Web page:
India, it seems, is destined for stubborn inflation and repo rate hike. On January 28, the Reserve Bank of India (RBI) unexpectedly hiked its repo rate by 25 bps to 8% in a bid to contain inflation. With the latest hike, India raised its repo rates by the same amount three times in the past five months.
The Indian economy has been a victim of slowing economic growth, persistent sky-high inflation, huge current account deficit, lower per-capita income and massive corruption. After a roller-coaster ride in much of 2013 on the Fed’s taper concerns and falling currency (down about 14% in 2013), concerns over the Indian market have been mounting since the beginning of this year thanks to the Fed’s decision to start scaling back its QE program.
Investors should note that India’s inflation rate at more-or-less 10% is presently one of the highest in Asia. With a possibility of continued QE trimming and flight of foreign investments from the nation, Indian currency – rupee – is likely to weaken further in the coming days and stir up another round of inflationary pressure. While a slowing in December inflation has already been recognized, rising pressure in service sectors and wage-led stress on inflation were responsible for the RBI’s anxiety.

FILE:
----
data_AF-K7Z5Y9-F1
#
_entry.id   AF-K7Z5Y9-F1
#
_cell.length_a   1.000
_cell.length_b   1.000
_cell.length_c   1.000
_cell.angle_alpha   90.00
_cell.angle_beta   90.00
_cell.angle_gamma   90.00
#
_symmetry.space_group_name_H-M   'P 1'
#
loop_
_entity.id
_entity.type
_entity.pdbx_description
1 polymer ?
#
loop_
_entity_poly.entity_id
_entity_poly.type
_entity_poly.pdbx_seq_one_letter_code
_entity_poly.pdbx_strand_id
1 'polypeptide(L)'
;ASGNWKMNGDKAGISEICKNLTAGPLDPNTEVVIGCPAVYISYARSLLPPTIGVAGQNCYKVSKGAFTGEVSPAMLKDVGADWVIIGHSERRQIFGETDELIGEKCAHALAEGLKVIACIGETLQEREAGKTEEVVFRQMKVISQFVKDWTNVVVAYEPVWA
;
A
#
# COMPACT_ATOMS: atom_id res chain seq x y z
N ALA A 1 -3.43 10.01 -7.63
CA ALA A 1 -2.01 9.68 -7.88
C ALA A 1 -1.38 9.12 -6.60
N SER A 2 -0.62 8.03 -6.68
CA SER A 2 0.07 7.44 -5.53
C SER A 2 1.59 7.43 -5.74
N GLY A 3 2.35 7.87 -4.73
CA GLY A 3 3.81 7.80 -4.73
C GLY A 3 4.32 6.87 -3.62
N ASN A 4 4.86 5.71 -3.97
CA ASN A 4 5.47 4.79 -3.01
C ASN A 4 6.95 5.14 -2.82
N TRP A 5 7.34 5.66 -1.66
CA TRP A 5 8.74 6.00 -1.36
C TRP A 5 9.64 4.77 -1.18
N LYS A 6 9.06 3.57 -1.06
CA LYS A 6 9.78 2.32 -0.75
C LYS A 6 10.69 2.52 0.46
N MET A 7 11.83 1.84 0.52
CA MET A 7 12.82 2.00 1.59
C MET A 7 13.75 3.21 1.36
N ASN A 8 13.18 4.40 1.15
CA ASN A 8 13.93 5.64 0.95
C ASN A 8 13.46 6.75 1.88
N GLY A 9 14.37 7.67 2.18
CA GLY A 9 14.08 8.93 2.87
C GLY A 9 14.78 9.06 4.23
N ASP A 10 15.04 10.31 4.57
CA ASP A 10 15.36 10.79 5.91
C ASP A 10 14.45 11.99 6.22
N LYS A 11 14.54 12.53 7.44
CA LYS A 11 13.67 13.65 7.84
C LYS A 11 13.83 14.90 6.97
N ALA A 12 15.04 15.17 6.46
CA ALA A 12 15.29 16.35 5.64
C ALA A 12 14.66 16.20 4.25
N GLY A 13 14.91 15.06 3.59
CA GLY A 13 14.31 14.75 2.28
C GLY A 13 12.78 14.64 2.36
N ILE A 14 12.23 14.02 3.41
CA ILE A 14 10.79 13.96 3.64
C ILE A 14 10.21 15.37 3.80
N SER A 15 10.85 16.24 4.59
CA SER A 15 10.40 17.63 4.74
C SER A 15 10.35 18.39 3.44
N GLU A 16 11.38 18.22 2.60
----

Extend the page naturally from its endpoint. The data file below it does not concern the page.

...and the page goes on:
This apprehension might have prompted RBI to go for another rate hike since its goal – and the principal agenda in its to-do list–is to pull down inflation to 6% by 2016.
Further Tightening Ahead?
Economists expect the RBI to clamp down on liquidity in the coming months as reduction of 4% inflation within two years apparently seems a tall order for India. Some economists anticipate yet another 25 bps hike in rate in early summer. However, the RBI commented that there will be no further tightening in the near term if consumer-price inflation slackens from the high of 10% to 8% by early 2015.
However, many economists seem content with the latest RBI move which is aimed at shoring up the Indian economy over the long term and serves in ruling out inflationary threats and currency depreciation. Still, there are economists with the opposite view as well. As per the CII, the RBI needs to focus on boosting investments and economic growth instead of curbing inflation (see Is the Worst Over for These Emerging Market ETFs?).
Yes, this step surely comes at the cost of growth (via higher cost of borrowings) and probably corporate defaults. As per India Ratings, the number of stressed companies will increase to 10.7% from the current 9.5% if this latest rate hike results into higher lending rates.
In fact, the situation may worsen if the RBI goes for further hikes this year by taking the number of stressed corporates to 13.1% and the amount of stressed debt to 16.5%. With the World Bank expecting Indian growth rate below 5% – a 10-year low – for the financial year 2013–2014, the recent hike is upsetting.